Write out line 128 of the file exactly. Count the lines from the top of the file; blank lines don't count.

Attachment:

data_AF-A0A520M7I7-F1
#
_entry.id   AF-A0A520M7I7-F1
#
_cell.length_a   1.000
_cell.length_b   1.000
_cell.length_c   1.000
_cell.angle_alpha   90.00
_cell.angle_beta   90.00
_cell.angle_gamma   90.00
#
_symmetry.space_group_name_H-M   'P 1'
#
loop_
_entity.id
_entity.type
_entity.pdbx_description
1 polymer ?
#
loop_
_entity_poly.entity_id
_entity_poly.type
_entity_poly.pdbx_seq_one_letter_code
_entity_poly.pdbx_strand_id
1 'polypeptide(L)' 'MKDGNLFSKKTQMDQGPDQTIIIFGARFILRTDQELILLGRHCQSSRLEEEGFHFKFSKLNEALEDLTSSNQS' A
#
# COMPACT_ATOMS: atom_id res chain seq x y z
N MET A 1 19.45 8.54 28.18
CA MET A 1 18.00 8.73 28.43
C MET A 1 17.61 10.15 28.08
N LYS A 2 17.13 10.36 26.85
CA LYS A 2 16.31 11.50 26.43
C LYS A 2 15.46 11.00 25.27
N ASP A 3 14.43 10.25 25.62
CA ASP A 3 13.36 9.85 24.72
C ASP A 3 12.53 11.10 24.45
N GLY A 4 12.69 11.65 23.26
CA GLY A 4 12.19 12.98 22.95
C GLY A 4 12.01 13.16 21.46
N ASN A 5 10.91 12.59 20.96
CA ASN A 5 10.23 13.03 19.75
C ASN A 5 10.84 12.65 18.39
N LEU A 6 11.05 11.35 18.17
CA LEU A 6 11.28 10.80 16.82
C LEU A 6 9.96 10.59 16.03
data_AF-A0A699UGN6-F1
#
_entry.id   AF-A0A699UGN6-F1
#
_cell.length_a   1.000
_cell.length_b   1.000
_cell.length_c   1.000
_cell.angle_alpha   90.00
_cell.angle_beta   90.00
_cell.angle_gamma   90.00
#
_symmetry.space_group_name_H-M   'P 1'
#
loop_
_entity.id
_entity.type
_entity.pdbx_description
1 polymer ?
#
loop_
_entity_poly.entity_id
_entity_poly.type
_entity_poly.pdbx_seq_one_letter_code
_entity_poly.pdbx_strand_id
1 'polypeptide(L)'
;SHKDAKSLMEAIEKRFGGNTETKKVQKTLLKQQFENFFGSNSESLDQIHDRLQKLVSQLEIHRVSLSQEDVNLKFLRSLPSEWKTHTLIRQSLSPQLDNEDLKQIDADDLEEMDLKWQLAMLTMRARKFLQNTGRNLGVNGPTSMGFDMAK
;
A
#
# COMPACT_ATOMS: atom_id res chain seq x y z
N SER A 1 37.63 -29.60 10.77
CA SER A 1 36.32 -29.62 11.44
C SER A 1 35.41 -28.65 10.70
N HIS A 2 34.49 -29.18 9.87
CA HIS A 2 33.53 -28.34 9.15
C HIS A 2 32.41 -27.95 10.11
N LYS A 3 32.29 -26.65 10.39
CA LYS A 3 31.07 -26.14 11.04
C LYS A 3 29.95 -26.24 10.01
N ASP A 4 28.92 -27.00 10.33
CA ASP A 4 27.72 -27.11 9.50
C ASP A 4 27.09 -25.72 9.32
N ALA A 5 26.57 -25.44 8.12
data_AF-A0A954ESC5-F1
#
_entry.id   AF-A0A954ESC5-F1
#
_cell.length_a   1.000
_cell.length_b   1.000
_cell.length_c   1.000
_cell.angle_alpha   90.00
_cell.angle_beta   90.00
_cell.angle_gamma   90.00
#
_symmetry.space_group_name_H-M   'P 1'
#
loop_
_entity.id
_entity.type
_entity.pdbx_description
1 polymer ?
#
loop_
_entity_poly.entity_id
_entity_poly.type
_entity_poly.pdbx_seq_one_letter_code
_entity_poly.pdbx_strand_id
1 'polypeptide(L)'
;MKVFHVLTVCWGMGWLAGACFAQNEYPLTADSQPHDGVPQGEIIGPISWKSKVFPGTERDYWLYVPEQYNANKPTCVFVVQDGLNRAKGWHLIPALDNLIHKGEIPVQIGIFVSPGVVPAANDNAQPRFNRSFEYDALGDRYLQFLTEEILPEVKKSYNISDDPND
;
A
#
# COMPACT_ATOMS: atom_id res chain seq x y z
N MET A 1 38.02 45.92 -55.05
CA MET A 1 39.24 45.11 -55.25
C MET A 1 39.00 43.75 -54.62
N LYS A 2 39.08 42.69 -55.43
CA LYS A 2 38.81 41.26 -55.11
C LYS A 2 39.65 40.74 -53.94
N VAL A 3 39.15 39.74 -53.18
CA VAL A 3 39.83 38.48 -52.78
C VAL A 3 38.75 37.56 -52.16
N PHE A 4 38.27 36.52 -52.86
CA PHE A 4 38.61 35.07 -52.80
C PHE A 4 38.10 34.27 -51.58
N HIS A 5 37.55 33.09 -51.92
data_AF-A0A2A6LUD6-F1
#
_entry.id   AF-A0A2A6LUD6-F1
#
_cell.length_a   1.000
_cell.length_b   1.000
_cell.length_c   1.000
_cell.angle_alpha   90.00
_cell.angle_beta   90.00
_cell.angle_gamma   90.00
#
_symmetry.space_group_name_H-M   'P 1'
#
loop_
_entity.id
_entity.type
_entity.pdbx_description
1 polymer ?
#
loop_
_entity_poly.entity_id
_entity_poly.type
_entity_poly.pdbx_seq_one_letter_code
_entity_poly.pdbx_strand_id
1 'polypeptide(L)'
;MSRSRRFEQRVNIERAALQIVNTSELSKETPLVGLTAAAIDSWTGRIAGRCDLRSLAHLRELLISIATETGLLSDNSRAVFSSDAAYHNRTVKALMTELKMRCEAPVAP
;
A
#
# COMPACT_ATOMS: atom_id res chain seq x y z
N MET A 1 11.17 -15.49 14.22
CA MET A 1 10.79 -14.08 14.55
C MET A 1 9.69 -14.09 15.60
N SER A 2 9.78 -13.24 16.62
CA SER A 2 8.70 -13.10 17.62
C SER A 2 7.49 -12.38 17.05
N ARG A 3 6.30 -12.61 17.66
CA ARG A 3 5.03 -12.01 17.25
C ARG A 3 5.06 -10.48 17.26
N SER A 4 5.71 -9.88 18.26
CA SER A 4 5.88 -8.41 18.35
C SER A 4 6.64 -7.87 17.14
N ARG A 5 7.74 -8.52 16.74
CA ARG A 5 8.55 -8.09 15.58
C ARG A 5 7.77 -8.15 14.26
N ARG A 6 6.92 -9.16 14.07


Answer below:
N PHE A 4 38.27 36.52 -52.86